{Edited} Factorials.

  • Thread starter Robokapp
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okay...I love math and i enjoy math a lot, mainly for its perfection and the aspect of not contradicting itself. But lately i have been runnig into contradictions and things that should not exist...and they piss me off.

The worst of them is solving 0!

0!=1

why? i asked my math teacher and he worte the following (which indeed makes sense)

5!=5*4*3*2*1 or 5!=5*4!

so 4!=4*3!
3!=3*2!
2!=2*1!
1!=1*0!

but this is where it lost me. 1! should simply be 1, not 1*0! maybe i'm worng. aniway, let's take a look at 0!

0!= all the natural numbers larger than zero (5! = 5*4*3*2*1...all of them larger than zero) but also no bigger than zero. (5*4*3*2*1 has no 6 in it.)

So...let's see...0!=0*Whatever is larger than zero and smaller (or equal) than zero at the same time.

so 0!=0*all natural numbers that belong to (0,0]. that makes the smallest allowed value bigger than the largest. I can't picture a REAL such a number. Let's call the whatever number W. So...0!=0*W

Not only we have a number in that bizzare scenario with a min > max, but it is also multiplied with zero. LAst time i multiplied something by zero it did not turn out to equal one.

so...any good reason why 0!=1?

plz...have mercy, i'm only in calc 1. no crazy explanations that i can't even begin to understand.

Thank you.
~Robokapp
 
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I looked this up on mathworld. It says that 0! is simply defined to be 1 because there is exactly one way to organize zero objects (the empty set), and factorials are usually used for finding how many ways there are to organize things.
 
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but in how many ways can you give zero apples to zero kids? that's infinity...because 0/0 is undefined. dividing by zeor always causes asymptotes...

i'm not saying i need help figuring out why you can't divide by zero. i know the 3/0=3-0-0-0-0-0-0-0-0....-0=0 demonstration.

but still...i think zero objects can be organised in many ways. or in no way...but i'll go with your answer :D

thank you.
 
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Just do what i do, teach yourself the math because your math teacher is a drunk who comes to class eveyrday hung over. Its funny to watch he starts talking then forgets whats he alking about so he puts an overhead on shuts of the lights puts his head down and taps the glass.
 
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The first term is 2. 0 isn't included in n! And 1 is negligtable. Also 1! = 1, this is was defined to match the binominal theorem.
 
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Well, you seem to have noticed a pattern that (n+1)! = (n+1)*n!. So, if we put n = 0, then we get 1! = 1*0!, and 1! = 0! = 1. There are other ways of justifiying it, but that way is quite simple.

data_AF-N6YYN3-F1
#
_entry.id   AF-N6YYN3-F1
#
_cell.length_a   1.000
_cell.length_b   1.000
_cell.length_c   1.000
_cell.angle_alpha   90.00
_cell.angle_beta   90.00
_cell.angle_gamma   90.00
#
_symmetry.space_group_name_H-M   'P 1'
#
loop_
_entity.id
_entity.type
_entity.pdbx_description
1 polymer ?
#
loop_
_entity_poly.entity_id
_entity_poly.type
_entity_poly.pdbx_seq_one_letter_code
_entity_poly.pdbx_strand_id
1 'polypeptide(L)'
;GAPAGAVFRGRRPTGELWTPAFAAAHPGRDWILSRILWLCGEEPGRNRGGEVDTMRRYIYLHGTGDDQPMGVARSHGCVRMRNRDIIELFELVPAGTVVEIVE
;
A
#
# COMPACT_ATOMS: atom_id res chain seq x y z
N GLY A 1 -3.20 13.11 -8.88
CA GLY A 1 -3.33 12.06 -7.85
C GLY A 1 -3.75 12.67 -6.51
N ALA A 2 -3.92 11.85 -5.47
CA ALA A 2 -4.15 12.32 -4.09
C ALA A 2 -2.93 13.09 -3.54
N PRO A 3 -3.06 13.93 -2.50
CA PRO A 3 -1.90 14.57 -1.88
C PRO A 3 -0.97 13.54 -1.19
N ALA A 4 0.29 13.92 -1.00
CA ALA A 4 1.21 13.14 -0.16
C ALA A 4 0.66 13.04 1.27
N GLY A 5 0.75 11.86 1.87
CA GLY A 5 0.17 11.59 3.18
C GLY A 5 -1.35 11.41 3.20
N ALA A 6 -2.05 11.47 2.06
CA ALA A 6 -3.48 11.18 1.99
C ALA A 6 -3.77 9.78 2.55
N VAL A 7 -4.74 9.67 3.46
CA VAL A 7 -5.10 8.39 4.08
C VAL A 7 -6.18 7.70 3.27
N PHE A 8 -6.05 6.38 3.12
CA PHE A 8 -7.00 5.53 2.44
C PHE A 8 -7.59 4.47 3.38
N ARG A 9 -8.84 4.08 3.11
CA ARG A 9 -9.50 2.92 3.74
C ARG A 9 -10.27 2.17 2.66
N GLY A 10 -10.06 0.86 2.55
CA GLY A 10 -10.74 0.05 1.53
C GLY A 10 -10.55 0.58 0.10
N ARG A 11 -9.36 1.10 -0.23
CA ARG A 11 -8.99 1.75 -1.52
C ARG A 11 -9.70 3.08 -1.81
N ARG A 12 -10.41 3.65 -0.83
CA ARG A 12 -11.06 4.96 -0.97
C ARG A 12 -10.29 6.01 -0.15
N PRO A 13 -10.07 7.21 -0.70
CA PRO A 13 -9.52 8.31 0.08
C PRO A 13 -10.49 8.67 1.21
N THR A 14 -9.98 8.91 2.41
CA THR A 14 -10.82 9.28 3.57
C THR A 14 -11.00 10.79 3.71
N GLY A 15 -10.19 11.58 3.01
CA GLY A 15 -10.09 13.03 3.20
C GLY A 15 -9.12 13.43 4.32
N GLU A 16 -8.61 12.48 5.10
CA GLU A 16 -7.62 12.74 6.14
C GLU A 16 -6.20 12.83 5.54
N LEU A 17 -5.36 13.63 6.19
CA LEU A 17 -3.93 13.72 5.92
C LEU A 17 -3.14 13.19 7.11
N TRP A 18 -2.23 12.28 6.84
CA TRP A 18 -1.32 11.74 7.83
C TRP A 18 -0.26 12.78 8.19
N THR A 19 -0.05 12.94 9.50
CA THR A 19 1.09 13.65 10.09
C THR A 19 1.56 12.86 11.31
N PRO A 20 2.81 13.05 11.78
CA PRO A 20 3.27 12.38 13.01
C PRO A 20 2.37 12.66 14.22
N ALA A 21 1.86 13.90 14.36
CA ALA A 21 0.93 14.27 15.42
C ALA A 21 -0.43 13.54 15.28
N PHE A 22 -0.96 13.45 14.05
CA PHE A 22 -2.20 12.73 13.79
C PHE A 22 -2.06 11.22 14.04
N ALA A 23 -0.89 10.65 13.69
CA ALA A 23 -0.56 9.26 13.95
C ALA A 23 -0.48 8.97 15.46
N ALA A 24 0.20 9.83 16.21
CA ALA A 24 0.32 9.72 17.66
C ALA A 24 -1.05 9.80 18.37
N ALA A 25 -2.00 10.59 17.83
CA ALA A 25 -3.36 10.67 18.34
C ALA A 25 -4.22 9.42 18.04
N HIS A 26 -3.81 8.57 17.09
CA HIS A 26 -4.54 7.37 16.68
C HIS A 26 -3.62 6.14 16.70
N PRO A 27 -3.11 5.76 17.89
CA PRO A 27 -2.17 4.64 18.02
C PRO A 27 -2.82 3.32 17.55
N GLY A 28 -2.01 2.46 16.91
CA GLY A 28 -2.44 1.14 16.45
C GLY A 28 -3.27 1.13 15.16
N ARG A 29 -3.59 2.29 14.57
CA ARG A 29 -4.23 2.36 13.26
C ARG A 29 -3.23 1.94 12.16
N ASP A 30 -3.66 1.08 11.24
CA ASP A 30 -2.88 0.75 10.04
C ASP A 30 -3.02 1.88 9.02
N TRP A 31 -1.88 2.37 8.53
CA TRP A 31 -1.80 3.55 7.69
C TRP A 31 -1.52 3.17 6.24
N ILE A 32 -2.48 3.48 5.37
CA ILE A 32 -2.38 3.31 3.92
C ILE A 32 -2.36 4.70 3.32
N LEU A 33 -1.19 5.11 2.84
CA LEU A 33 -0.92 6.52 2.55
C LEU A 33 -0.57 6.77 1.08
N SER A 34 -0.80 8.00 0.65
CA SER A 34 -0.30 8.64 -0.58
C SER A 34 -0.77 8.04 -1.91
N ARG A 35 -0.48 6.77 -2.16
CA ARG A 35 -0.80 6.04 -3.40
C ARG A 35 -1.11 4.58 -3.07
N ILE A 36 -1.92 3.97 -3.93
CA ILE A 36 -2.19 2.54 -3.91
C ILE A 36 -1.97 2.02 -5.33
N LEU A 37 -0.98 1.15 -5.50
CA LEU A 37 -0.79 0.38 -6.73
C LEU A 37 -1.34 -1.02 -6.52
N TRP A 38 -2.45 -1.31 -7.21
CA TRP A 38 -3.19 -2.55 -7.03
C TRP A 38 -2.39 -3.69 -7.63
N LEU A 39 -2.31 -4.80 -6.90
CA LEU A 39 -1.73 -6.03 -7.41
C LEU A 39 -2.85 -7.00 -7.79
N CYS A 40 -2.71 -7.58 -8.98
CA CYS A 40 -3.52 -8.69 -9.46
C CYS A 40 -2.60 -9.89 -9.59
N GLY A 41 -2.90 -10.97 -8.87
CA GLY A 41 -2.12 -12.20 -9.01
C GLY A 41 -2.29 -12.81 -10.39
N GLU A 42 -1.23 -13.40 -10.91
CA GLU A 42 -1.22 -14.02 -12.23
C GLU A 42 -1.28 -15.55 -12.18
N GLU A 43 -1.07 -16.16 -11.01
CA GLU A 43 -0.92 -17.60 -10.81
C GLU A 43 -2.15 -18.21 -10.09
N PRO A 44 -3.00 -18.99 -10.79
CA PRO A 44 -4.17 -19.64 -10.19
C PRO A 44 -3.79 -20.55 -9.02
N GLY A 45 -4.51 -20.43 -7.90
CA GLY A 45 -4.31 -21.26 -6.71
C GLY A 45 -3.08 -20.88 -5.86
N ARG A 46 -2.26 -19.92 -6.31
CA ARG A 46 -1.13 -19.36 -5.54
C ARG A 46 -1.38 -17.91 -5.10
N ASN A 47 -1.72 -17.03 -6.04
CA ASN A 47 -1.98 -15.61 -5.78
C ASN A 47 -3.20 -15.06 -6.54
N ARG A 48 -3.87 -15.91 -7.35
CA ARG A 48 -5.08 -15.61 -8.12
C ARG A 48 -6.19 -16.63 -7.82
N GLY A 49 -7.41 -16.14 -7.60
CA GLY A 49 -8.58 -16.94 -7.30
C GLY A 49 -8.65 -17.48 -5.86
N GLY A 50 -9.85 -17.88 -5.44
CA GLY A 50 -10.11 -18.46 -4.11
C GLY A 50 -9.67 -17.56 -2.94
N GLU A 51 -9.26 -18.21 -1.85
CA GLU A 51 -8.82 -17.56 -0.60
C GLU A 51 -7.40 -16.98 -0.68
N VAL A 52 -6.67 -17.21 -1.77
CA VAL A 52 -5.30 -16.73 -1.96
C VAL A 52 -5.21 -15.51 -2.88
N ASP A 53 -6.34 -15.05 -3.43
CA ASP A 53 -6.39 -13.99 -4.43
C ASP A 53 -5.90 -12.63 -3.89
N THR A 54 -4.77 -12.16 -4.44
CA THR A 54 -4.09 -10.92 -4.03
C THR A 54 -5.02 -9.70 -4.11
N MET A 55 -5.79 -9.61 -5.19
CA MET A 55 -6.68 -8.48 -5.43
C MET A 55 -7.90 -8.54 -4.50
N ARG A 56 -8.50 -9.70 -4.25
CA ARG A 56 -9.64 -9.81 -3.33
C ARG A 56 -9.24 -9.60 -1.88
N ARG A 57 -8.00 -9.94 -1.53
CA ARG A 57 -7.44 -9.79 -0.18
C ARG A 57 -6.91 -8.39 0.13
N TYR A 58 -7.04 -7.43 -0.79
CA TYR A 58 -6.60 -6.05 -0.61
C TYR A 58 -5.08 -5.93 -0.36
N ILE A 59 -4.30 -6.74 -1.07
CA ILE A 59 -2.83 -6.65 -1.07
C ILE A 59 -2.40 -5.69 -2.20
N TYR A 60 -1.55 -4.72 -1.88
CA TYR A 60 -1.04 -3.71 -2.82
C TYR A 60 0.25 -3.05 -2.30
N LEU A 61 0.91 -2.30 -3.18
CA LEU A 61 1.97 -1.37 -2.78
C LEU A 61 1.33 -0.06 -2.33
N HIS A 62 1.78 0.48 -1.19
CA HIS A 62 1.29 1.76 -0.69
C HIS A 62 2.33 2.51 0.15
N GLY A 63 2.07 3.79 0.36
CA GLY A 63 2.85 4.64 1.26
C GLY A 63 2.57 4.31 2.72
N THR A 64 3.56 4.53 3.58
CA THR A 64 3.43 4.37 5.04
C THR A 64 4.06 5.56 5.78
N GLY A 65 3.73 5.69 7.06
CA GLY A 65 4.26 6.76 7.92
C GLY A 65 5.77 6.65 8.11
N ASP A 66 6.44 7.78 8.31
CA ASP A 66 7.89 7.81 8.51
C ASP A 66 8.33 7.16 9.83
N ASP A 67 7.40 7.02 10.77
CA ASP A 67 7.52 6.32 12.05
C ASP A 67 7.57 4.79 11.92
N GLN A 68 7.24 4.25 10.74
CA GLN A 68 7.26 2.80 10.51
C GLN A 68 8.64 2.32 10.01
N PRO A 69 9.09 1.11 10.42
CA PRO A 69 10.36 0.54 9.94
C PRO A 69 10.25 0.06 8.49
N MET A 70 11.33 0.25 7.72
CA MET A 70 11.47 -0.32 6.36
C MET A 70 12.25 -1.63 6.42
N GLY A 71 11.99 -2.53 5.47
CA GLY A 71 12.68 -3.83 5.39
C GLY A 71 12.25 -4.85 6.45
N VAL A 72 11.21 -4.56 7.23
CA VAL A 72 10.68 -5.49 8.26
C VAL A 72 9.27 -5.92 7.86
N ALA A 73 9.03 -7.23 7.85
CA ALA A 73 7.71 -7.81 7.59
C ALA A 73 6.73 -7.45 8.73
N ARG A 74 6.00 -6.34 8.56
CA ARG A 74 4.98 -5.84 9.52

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Keep in mind that 0! = 1 is a definition, not any sort of theorem.
 
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If we define n! to be equal to gamma(n+1)

However I doubt that will be of much help to someone at the level of the topic poster.
 
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It is only to sastisfy the binominal theorem.
 
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I believe understanding that the [itex]\Gamma(n+1)=n![/itex] is defined as an integral and then seeing that it works for integer n will make the poster realise that the supposedly arbitrary definition of 0! as 1 makes sense.

It's the same as realising that [itex]e^{i\theta}=\cos\theta +i\sin\theta[/itex] is consistent due to the Taylor expansions of these various functions.

I encourage the original poster to look up gamma functions on the internet, and even if he/she doesn't understand the integrals etc. to realise that if this general function works for all kinds of n, then perhaps it's a good idea to take it's definition of 0!
 

matt grime

Science Advisor
Homework Helper
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What is your definition of the factorial function, Robokapp? Mine is that it is a function from the set {0,1,2,3,...} of natural numbers to the integers satisfying 0!=1 and n!=n(n-1)!

Now, why is that a problem? It is, as people have said a definiton.

Don't bother with gamma functions as a justification. 0! was defined to be 1 well before gamma functions; it is disingenuous to use those to justify this definition. (warning that assertion is purely speculation but MUST be correct)

And we really cannot emphasize it enough that it IS a definition, one that is incredibly useful, consistent and practical.

Why do you say "solve for 0!" it isn't an equation; one cannot solve it.